The original survey in 1787 was found to be incomplete and was missing even the most basic records. In 1788 another “survey” was conducted by Sir John Johnson. He was instructed to seize all territory from Ashbridges Bay to the Credit River. He encountered such fierce resistance as he headed West that he had to call in the military and only then did the Mississaugas relent and were “prevailed upon to give up the River Tobicoak (Etobicoke River) but go no further.”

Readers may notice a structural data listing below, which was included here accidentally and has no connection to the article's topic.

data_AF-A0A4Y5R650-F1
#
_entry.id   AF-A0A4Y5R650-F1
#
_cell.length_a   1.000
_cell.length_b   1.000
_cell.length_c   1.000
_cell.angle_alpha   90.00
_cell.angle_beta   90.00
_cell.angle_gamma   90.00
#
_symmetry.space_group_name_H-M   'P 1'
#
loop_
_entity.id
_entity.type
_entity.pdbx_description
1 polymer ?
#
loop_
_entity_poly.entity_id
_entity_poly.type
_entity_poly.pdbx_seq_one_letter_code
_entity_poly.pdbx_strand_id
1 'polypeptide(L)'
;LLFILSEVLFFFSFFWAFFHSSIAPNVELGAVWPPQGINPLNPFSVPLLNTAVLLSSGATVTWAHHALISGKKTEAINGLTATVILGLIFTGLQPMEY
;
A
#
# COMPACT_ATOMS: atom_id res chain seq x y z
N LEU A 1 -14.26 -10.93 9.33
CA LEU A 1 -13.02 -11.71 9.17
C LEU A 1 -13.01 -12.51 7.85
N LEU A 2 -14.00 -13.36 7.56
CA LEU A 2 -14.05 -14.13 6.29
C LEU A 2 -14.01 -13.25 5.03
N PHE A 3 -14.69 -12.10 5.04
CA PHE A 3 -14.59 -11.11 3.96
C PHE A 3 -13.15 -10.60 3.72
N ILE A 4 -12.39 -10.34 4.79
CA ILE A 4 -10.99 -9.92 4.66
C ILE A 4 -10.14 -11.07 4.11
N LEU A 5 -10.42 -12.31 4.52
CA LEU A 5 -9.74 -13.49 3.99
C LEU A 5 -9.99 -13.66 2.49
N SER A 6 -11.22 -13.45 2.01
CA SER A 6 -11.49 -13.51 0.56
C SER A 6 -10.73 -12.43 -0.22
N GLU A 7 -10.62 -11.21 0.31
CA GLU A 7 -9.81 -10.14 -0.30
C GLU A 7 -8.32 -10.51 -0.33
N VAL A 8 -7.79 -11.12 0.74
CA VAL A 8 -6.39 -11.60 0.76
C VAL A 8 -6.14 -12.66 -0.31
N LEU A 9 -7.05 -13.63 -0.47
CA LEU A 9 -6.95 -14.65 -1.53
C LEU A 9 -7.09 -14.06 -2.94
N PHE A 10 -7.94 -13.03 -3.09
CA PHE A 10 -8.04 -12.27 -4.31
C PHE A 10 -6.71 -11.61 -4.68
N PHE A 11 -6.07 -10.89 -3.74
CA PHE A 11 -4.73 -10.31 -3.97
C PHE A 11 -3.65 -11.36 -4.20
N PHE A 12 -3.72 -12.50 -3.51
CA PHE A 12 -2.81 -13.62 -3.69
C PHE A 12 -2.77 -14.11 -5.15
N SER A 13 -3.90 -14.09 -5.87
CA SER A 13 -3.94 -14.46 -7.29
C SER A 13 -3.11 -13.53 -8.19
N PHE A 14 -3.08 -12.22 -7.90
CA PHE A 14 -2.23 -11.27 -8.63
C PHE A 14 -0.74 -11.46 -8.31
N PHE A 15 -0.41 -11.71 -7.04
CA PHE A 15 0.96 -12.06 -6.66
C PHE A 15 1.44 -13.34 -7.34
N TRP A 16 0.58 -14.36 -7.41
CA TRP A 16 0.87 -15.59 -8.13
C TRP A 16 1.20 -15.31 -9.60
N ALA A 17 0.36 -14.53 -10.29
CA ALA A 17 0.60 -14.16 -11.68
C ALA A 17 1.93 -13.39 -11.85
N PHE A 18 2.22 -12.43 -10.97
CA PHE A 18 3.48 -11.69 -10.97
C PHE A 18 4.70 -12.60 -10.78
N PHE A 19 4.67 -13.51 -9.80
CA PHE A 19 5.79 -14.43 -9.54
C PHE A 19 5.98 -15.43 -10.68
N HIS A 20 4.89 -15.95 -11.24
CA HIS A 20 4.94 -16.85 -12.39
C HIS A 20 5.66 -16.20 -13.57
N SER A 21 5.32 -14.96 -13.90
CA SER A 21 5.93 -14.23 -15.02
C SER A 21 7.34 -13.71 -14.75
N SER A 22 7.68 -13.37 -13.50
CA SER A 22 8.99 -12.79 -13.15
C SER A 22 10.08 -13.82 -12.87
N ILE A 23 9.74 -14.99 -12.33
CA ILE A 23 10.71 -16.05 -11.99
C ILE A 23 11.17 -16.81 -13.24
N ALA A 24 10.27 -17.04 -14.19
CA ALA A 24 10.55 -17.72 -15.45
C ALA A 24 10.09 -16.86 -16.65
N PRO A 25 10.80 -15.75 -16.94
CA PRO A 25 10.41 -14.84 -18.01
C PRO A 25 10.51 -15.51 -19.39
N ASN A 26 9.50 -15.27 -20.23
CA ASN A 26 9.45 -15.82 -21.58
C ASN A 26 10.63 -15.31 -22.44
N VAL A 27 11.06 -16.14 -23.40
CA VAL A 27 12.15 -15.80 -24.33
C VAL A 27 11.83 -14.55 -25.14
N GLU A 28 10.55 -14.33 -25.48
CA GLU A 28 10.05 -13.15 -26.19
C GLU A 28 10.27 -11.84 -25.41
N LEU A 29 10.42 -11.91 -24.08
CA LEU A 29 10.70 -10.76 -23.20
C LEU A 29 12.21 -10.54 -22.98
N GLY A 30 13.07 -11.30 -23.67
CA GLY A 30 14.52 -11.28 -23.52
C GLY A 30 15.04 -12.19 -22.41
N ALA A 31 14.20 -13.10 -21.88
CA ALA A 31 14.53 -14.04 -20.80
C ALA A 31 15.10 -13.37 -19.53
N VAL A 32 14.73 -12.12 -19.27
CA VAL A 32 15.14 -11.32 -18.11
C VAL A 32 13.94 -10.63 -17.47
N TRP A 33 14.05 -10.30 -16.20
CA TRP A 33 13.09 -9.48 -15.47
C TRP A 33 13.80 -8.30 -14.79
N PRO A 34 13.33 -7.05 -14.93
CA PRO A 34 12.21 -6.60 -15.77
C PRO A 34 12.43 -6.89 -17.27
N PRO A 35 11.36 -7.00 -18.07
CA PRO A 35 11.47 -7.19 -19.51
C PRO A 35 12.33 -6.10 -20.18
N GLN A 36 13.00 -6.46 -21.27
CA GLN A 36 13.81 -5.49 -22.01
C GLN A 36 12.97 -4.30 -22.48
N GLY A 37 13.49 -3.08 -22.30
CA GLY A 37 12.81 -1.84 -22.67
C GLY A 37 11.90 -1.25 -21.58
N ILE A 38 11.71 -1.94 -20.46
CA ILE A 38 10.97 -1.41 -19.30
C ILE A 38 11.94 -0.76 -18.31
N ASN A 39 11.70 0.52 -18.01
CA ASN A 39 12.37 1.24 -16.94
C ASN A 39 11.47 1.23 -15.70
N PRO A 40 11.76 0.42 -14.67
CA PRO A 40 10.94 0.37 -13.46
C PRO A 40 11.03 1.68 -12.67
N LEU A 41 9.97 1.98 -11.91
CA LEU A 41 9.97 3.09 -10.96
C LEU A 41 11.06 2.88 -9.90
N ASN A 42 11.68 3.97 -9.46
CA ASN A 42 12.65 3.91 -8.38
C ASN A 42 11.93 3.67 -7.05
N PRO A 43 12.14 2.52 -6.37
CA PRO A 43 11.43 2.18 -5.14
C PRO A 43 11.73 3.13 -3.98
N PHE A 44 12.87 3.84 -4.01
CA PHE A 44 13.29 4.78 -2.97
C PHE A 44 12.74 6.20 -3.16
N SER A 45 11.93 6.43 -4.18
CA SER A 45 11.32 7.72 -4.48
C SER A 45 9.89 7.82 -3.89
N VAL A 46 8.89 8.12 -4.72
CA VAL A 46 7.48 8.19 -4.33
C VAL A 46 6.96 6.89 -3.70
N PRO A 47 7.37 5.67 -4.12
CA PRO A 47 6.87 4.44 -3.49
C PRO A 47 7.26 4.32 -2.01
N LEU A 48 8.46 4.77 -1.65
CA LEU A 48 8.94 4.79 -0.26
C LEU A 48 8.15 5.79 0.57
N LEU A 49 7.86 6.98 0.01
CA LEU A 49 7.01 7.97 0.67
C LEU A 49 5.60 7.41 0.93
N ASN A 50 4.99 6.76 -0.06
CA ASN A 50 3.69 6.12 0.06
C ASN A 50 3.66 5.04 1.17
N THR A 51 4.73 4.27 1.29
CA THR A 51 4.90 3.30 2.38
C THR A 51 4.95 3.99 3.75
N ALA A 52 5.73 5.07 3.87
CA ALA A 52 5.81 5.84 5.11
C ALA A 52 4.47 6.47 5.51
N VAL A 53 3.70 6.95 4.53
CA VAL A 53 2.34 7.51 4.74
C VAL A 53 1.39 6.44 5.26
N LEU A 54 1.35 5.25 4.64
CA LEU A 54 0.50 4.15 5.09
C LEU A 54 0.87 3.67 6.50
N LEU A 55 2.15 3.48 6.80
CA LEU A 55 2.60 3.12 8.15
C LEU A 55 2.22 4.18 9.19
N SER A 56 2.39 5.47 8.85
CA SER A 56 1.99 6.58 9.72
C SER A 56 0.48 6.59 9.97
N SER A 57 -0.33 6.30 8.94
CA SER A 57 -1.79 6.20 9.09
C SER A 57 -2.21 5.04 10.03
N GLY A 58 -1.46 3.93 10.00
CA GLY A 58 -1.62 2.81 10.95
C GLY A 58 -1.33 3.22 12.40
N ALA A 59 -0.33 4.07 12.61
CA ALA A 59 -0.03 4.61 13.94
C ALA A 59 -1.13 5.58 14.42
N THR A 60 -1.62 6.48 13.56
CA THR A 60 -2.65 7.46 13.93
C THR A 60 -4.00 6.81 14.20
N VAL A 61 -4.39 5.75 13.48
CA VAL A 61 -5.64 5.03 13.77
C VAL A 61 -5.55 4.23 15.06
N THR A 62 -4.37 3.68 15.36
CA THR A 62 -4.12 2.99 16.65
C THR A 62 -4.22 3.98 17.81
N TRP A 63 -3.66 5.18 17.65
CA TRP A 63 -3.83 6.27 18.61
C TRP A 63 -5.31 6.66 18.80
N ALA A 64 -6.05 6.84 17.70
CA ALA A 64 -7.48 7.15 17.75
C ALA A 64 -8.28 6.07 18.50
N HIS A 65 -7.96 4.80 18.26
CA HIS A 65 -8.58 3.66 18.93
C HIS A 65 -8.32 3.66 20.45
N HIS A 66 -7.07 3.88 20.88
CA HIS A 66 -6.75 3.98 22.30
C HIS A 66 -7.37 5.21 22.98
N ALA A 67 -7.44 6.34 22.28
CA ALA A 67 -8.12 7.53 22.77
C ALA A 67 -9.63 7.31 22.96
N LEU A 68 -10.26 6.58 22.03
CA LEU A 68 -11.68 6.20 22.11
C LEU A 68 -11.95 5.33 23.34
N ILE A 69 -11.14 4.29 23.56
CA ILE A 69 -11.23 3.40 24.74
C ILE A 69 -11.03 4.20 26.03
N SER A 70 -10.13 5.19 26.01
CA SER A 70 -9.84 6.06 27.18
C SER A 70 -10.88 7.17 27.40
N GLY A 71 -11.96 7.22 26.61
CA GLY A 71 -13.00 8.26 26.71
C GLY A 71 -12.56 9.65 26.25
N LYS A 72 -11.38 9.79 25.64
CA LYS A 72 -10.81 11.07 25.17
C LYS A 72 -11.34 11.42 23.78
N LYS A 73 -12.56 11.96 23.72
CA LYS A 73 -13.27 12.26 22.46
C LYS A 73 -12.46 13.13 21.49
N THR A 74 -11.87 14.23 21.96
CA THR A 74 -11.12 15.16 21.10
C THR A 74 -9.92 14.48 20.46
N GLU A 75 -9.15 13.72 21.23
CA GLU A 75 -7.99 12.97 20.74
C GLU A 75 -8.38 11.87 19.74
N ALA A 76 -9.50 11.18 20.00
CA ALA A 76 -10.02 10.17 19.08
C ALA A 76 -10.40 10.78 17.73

Despite the resistance and the incomplete survey, these activities were characterized by the Crown as a “purchase.” In 1805 the British Crown finalized what it called the “Toronto Purchase.” The Mississauga negotiated for reserves for fishing and hunting rights; they regarded these agreements as a need for survival while the British regarded them as the surrender of what is now the City of Toronto.